After the coup attempt in Turkey, the future of the Turkish “information troops” in Ukraine and the Baltics looks a bit vague, but initiators of this project are still trying to convince “information troops” that everything is going as planned.
The recall of the “information soldiers” was not a surprise even though the supervisors of the project in Kiev and Washington keep assuring the Turks that this project is crucial and that they must not keep aloof from NATO. They note that the conflict with Russia is not over but has just turned into a “hybrid war,” where such “information troops” will have a significant role.
One of the key goals of the troops is to create a Russian-speaking segment of the Turkish internet, where journalists and bloggers will present a “true” picture of Russia.
One more goal is to coordinate the resources of Turkish NGOs for the needs of the Turkish army or special services. This means a voluntary effort to collect and provide information about the Russian contingent in Syria or to record the Russian army’s “crimes.”
One of the “privileges” of the Turkish “information troops” will be that they will act as experts for the leading Turkish mass media. This means that they are authorized to curate Turkish news about Russia.
After the coup, things in Turkey have changed. Yes, Recep Tayyip Erdogan is still in power and relations with Russia are no longer tense, but the political future of the country is vague, so, this is the best time for the Americans to try to form an anti-Russian information troops there.
The only concern of those people is that they may face the same fate as the Turkish pilots that have shot down the Russian plane. If the pilots are extradited to Russia, they will have no more safety guarantees.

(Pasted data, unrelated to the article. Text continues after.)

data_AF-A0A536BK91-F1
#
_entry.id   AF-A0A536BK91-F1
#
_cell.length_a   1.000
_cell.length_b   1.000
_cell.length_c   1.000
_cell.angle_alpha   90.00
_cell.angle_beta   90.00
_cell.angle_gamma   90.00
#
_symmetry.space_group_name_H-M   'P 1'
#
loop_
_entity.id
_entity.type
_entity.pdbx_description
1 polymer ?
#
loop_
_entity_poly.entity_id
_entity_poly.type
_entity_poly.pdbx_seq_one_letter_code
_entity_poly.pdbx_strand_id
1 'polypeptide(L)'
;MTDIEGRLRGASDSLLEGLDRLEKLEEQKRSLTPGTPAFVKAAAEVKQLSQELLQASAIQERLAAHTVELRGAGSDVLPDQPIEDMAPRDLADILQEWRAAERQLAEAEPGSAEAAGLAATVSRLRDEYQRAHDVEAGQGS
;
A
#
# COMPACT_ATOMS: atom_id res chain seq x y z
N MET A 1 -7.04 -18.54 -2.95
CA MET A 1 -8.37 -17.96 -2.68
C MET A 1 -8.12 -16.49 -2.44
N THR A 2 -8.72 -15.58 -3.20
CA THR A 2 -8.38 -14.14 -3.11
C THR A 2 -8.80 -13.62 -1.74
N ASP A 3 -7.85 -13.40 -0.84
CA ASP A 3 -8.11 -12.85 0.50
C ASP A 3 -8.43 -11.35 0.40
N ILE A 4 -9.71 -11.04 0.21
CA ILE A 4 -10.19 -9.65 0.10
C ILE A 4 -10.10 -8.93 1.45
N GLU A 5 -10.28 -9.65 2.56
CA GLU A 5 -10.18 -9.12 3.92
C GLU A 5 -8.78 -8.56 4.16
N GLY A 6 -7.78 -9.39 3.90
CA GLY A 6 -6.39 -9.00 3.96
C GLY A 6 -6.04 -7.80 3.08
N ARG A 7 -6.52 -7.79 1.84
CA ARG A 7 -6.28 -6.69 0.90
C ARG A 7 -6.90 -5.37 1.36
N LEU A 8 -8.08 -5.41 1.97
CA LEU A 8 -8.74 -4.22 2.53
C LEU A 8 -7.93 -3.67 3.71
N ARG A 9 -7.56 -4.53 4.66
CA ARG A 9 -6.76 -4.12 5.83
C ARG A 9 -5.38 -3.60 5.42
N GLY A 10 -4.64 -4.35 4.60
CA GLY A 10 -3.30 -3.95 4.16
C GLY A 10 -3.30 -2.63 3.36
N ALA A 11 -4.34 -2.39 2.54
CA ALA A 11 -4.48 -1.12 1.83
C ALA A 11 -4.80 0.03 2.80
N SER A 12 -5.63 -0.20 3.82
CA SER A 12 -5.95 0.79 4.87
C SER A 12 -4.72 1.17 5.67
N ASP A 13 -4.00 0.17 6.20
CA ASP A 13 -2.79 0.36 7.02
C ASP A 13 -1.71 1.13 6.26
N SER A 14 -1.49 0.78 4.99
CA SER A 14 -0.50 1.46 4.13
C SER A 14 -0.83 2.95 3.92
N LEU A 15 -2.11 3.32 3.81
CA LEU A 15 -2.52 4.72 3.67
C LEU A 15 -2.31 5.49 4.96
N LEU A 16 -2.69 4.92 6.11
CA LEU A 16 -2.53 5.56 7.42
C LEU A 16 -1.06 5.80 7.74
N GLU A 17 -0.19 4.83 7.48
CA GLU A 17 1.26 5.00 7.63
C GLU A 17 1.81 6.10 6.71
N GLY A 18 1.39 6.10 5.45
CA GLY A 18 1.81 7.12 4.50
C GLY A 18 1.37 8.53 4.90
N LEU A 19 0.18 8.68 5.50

In any case, the “troops” are being trained. They have already learned the psychology of information conflicts and have already heard anti-Russian lectures by Anton Chadsky, a scandalous Russian “dissident,” hiding in Ukraine.
One of the key postulates they have learned is that in order to win an information war, they need an American rather than a Russian approach.
The TOR browser is their key resource: it offers them no deep specialized knowledge but just humanitarian approach.
The TOR has been created with the active support of the U.S. Government. According to Ukrainian expert named Dmitry, “controlled internet” is no longer the best solution today. North Korea has a system where each file has an identification code and can be detected wherever it is. The Russian approach is also based on total control. Unlike it, the TOR is based on anonymity.
As a NATO member, Turkey will have to adopt the American approach, where users are not controlled but are just classified. But the problem is that in Turkey the internet is already fully controlled, with local users having almost no access to Russian websites.
According to Dmitry, the key mission of the Turkish “information troops” will be to prevent any attempts by Russia to establish control over information sources in Turkey.
The project was launched before Erdogan’s apologies and the coup attempt in Turkey. Was it a coincidence or is it a specific plan to push Turkey towards a long-term hybrid war with Russia? A clear answer to this question would clarify the future of the Turkish “information troops.” But can there be clarity in a project aimed to distort reality?
Vitaly Ponomar, specially for EADaily